Peter Davison (born 13 April 1951) is a British actor, best known for his roles as Tristan Farnon in the television version of James Herriot's All Creatures Great and Small and as the fifth incarnation of the Doctor in Doctor Who, which he played from 1981 to 1984.
Davison was born Peter Moffett in London, but chose the stage name of Peter Davison because the name, Peter Moffett, was already being used by another actor. Peter Davison's father was an electrical engineer who was originally from Guyana. Peter Davison studied at the Central School of Speech and Drama, and appeared in several stage productions and some minor television roles before he got his big break in 1978. His performance as the ne'er-do-well Tristan Farnon in All Creatures Great and Small made him a household name. He married American actress Sandra Dickinson in the same year, but they eventually divorced in 1994. He and Dickinson had previously appeared together in an episode of the television series The Tomorrow People (1975) and together composed and performed the theme tune to Button Moon, a children's programme broadcast in the 1980s. He made a cameo appearance alongside Dickinson as the Dish of the Day in the television version of The Hitchhiker's Guide to the Galaxy (1981), whose producers considered it humorous for an actor known for playing a veterinary surgeon to appear as a cow. Davison also appeared in some British sitcoms, including Holding the Fort, Sink or Swim and Ain't Misbehavin', as well as appearing in dramatic roles.
In 1981, Davison signed a contract to play the Doctor for three years, succeeding Tom Baker (the Fourth Doctor). Attracting such a high-profile actor was as much of a coup for the programme's producers as getting the role was for him, but he did not renew his contract because he feared being typecast. Reportedly, Patrick Troughton (who had played the Second Doctor) had recommended to Davison that he leave the role after three years, and Davison followed his advice.
It was not until 1986 that Davison worked on another very popular series. He played Dr Stephen Daker, the ingenuous hero of A Very Peculiar Practice, written by Andrew Davies. The surreal comedy-drama was revived several years later as A Very Polish Practice. Davison also played the lead in Campion, a series based on the period whodunnits of Margery Allingham. This, and the opportunity to play Tristan Farnon again in 1985 and 1990, kept Davison busy until the early 1990s, when he gradually faded from the public eye. He continued to appear occasionally on television, including playing the lead in Harnessing Peacocks in 1992 and an appearance on the American show Magnum, P.I., but it was not until 2000 that he returned in another major role, that of David Braithwaite in At Home with the Braithwaites.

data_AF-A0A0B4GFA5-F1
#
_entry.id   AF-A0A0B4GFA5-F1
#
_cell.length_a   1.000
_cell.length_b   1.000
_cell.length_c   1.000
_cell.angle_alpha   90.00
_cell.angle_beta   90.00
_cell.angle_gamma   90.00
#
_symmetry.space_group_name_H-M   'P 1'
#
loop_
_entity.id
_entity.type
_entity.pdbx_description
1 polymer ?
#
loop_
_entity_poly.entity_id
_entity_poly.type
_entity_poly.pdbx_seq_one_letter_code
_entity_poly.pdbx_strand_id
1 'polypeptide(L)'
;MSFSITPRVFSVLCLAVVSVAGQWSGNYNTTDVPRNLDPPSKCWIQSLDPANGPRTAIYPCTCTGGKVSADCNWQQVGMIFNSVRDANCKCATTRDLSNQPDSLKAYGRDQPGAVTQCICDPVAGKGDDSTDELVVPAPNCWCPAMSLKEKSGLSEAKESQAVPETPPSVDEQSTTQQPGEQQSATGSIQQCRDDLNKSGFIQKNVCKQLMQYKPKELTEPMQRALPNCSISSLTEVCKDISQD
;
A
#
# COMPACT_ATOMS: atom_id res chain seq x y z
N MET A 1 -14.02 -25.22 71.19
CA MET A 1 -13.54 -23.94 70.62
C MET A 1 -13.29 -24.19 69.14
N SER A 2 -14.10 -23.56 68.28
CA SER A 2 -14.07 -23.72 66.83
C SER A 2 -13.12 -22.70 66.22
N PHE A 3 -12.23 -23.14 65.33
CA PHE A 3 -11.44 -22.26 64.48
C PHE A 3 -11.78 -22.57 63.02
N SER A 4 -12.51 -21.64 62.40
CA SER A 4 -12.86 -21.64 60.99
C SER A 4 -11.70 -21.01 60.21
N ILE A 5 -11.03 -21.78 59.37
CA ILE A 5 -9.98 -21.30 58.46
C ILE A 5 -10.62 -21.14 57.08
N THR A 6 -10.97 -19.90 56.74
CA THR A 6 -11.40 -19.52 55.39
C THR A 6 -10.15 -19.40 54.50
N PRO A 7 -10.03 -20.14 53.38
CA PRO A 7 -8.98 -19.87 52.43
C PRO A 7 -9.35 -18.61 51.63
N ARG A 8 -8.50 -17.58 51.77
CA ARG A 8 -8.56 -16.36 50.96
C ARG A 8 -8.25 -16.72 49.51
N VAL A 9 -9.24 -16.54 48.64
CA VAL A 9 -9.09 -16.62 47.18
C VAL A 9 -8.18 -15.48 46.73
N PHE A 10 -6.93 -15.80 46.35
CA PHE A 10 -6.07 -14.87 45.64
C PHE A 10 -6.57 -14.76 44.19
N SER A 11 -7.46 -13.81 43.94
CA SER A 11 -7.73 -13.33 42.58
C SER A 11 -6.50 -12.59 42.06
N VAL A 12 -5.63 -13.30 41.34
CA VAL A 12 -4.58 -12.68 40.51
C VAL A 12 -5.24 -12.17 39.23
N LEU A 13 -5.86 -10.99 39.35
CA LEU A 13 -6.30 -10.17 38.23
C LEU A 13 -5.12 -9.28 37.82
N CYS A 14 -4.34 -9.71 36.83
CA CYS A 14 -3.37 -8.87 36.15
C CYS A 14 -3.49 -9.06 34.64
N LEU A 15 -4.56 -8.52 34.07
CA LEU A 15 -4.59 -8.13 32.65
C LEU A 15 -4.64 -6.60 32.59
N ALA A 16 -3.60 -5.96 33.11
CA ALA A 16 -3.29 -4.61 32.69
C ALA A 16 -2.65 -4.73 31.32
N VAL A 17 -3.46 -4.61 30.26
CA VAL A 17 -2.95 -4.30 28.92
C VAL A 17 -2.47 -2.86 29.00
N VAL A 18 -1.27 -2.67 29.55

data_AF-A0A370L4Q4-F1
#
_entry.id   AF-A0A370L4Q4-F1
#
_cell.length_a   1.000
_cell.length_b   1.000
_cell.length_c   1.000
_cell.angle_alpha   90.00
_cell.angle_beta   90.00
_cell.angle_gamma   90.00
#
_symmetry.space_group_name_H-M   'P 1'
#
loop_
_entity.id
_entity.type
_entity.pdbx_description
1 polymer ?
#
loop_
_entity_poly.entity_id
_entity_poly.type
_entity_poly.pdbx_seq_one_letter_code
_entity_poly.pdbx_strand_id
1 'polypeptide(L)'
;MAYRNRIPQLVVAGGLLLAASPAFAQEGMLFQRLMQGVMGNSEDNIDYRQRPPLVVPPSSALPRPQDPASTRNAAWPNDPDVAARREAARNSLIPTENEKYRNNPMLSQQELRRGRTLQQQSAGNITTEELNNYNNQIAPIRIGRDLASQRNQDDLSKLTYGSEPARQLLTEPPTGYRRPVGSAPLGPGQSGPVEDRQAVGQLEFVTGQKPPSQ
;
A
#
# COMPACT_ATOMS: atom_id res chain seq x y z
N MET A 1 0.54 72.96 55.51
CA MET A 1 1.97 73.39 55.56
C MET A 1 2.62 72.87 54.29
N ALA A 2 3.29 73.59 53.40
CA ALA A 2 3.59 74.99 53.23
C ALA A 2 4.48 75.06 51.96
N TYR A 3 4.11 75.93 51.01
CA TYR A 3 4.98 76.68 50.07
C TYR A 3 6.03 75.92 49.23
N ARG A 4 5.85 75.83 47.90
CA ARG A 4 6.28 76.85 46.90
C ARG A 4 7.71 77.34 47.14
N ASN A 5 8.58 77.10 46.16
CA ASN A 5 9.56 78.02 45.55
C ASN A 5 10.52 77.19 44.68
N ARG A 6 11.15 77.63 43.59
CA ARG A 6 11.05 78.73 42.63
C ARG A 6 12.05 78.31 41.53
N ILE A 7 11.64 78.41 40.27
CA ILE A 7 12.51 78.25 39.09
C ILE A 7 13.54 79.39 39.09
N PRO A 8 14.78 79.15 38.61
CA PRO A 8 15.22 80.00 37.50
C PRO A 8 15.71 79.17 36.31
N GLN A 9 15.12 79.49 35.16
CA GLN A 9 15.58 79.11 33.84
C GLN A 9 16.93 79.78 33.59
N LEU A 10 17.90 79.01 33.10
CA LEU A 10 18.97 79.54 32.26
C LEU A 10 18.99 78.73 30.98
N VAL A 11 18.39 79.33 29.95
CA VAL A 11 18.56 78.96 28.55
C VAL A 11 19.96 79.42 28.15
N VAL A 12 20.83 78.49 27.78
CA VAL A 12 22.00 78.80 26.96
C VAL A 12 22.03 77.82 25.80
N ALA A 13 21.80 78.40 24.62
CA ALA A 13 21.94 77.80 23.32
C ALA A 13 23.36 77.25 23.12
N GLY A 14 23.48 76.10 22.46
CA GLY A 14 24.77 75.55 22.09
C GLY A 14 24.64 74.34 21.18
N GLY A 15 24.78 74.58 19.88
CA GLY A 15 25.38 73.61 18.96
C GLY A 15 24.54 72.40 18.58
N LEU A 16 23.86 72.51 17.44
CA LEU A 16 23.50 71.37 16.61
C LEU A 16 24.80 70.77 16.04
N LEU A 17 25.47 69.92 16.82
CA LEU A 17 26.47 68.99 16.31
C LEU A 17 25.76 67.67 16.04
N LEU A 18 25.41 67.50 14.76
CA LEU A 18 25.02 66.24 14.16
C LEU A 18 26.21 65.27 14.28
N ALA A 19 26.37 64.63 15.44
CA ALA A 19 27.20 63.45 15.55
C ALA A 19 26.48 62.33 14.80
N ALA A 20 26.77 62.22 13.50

During the 1990s, Davison appeared in several radio series including Change at Oglethorpe in 1995 and Minor Adjustment in 1996. In 1998 he appeared in the BBC Radio 4 comedy drama series King Street Junior. In this, he played a teacher, but he left after only one series and was replaced in the role by Karl Howman. In 1999 he appeared as the outgoing headteacher in the television series Hope And Glory. He has also starred in the television series The Last Detective (2003-date) and Distant Shores (2005) for ITV, the latter where he coincidentally also played a doctor.
Davison returned to play the Doctor in the 1993 charity special Dimensions in Time. He has also reprised the role in a series of audio plays by Big Finish Productions.
Davison made a guest appearance in the first episode of the second series of the BBC Radio 4 science fiction comedy series Nebulous, broadcast in April 2006.
Davison's daughter with Dickinson, Georgia Moffett, is also an actress, and auditioned for the role of Rose Tyler, the current companion of the Ninth and Tenth Doctors. Peter Davison has two other children with his present wife, Elizabeth Morton.
Preceded by: Tom Baker The Doctor (Fifth Doctor) 1981-1984 Succeeded by: Colin Baker